Medicine

A personal physician who provides long-term comprehensive care in the office and the hospital, managing both common and complex illness of adolescents, adults, and the elderly. Internists are trained in the diagnosis and treatment of of cancer, infections, and diseases affecting the heart, blood, kidneys, joints and digestive, respiratory, and vascular systems. They are also trained in the essentials of primary care internal medicine which incorporates an understanding of disease prevention, wellness, substance abuse, mental health, and effective treatment of common problems of the eyes, ears, skin, nervous system, and reproductive organs.1

Internists can receive training in the following subspecialties:

  • Adolescent Medicine
  • Cardiovascular Disease
  • Clinical Cardiac Electrophysiology
  • Critical Care Medicine
  • Endocrinology, Diabetes & Metabolism
  • Gastroenterology
  • Geriatric Medicine
  • Hematology
  • Hospice and Palliative Medicine
  • Infectious Disease
  • Interventional Cardiology
  • Medical Oncology
  • Nephrology
  • Pulmonary Disease
  • Rheumatology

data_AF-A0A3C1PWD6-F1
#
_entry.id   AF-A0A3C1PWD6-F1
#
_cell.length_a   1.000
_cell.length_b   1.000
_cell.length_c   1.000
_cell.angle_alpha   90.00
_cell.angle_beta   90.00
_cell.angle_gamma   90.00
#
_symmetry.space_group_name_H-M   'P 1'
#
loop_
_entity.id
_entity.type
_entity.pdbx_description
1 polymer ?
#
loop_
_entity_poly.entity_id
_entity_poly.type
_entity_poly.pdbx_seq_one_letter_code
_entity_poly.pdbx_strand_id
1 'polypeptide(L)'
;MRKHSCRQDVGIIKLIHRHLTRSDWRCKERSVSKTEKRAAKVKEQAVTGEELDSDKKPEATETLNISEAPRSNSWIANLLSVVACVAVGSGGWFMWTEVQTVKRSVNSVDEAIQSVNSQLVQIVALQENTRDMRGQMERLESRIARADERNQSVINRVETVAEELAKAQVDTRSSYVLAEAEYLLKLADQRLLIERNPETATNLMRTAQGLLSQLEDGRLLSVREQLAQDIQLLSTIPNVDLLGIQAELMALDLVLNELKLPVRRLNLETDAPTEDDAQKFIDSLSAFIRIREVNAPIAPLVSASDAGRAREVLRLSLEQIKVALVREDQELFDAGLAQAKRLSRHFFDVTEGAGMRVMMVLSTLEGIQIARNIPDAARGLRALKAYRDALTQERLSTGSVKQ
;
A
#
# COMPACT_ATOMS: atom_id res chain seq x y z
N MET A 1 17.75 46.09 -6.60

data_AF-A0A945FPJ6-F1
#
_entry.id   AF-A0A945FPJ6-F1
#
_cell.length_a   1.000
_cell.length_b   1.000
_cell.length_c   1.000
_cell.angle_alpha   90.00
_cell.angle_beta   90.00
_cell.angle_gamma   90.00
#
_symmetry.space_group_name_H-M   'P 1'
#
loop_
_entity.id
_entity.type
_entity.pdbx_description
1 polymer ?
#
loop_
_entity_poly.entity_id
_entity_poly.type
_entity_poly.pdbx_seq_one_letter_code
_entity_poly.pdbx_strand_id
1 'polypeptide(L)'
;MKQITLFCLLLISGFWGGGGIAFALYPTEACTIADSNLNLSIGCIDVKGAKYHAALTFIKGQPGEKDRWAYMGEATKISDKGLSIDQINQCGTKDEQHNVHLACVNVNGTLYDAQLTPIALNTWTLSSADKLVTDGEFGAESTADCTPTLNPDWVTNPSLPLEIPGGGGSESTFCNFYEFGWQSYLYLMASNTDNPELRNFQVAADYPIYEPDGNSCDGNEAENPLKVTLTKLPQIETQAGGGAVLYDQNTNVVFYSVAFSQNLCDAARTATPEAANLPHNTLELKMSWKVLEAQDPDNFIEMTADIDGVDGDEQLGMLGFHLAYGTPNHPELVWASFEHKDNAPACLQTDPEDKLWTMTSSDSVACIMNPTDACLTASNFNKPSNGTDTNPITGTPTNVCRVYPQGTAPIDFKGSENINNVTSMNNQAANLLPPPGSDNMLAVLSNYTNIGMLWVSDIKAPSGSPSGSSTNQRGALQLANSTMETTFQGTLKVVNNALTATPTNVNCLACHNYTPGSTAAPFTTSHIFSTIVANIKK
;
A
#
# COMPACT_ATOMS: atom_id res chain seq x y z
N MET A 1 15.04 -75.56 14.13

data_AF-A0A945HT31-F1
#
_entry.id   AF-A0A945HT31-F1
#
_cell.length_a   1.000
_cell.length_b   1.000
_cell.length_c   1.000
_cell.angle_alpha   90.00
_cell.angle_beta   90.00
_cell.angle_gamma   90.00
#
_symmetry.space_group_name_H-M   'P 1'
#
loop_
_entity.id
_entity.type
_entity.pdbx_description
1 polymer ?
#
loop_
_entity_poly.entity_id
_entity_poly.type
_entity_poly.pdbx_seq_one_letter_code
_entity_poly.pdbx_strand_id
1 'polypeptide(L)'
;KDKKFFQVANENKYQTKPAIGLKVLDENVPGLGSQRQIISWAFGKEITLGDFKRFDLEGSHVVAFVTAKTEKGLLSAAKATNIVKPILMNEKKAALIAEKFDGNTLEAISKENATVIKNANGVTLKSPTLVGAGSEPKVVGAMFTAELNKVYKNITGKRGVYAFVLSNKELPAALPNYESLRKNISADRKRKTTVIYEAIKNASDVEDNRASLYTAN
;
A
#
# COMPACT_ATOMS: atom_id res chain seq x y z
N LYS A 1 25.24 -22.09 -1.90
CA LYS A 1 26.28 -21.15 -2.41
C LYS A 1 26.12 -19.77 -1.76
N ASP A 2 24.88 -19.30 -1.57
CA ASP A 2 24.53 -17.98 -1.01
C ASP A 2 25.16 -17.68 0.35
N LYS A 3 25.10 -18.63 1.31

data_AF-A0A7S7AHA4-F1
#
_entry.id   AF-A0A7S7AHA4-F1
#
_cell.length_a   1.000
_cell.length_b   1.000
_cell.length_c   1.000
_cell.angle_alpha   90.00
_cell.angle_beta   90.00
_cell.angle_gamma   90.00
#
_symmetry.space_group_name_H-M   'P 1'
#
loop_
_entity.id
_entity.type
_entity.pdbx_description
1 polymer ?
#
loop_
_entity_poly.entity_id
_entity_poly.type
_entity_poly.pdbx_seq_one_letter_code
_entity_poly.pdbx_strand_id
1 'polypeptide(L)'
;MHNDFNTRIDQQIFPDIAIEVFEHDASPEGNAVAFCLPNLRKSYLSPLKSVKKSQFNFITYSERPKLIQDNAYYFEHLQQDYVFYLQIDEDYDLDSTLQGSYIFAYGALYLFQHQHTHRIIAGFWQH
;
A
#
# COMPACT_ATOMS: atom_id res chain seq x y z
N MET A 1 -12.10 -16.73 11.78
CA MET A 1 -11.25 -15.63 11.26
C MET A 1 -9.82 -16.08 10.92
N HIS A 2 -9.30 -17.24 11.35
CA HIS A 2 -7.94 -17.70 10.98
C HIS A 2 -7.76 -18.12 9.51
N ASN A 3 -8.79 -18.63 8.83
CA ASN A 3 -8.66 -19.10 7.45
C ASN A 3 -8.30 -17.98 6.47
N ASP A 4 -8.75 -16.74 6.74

• Sleep Medicine
  • Sports Medicine
  • Transplant Hepatology

Training/residency information

The residency for general internal medicine is three years. To practice in an internal medicine subspecialty requires from one to three years of additional training.

For more information about these specialty, including the nature of the work, personal characteristics, residency requirements, match data, workforce statistics, compensation, and relevant links and readings, please see the AAMC page on these specialties (requires login to AAMC site. See "Specialty Pages" tab).

Department of Medicine

Residency Director: Lee Berkowitz, MD

Career Goal Advisors

Student Interest Group

Elective Opportunities

2 Week Career Exploration Opportunities